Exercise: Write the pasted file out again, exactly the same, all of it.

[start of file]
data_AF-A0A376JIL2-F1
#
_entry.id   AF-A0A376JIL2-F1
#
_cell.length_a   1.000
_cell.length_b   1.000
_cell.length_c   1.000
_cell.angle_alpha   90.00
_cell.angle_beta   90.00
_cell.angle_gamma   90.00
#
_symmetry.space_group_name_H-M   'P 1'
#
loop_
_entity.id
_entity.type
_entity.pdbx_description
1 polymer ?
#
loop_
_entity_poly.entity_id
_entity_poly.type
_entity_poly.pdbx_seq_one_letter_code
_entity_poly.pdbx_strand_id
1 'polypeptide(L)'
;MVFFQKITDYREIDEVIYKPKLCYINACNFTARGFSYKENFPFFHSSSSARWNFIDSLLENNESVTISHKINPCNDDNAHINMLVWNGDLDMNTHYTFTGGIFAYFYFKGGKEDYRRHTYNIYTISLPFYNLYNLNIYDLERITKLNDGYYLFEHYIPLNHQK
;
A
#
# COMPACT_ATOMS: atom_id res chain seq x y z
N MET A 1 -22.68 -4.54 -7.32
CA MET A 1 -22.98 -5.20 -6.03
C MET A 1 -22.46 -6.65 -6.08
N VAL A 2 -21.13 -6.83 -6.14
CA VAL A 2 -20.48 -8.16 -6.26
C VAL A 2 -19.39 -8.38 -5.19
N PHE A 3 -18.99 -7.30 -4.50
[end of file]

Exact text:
data_AF-A0A376JIL2-F1
#
_entry.id   AF-A0A376JIL2-F1
#
_cell.length_a   1.000
_cell.length_b   1.000
_cell.length_c   1.000
_cell.angle_alpha   90.00
_cell.angle_beta   90.00
_cell.angle_gamma   90.00
#
_symmetry.space_group_name_H-M   'P 1'
#
loop_
_entity.id
_entity.type
_entity.pdbx_description
1 polymer ?
#
loop_
_entity_poly.entity_id
_entity_poly.type
_entity_poly.pdbx_seq_one_letter_code
_entity_poly.pdbx_strand_id
1 'polypeptide(L)'
;MVFFQKITDYREIDEVIYKPKLCYINACNFTARGFSYKENFPFFHSSSSARWNFIDSLLENNESVTISHKINPCNDDNAHINMLVWNGDLDMNTHYTFTGGIFAYFYFKGGKEDYRRHTYNIYTISLPFYNLYNLNIYDLERITKLNDGYYLFEHYIPLNHQK
;
A
#
# COMPACT_ATOMS: atom_id res chain seq x y z
N MET A 1 -22.68 -4.54 -7.32
CA MET A 1 -22.98 -5.20 -6.03
C MET A 1 -22.46 -6.65 -6.08
N VAL A 2 -21.13 -6.83 -6.14
CA VAL A 2 -20.48 -8.16 -6.26
C VAL A 2 -19.39 -8.38 -5.19
N PHE A 3 -18.99 -7.30 -4.50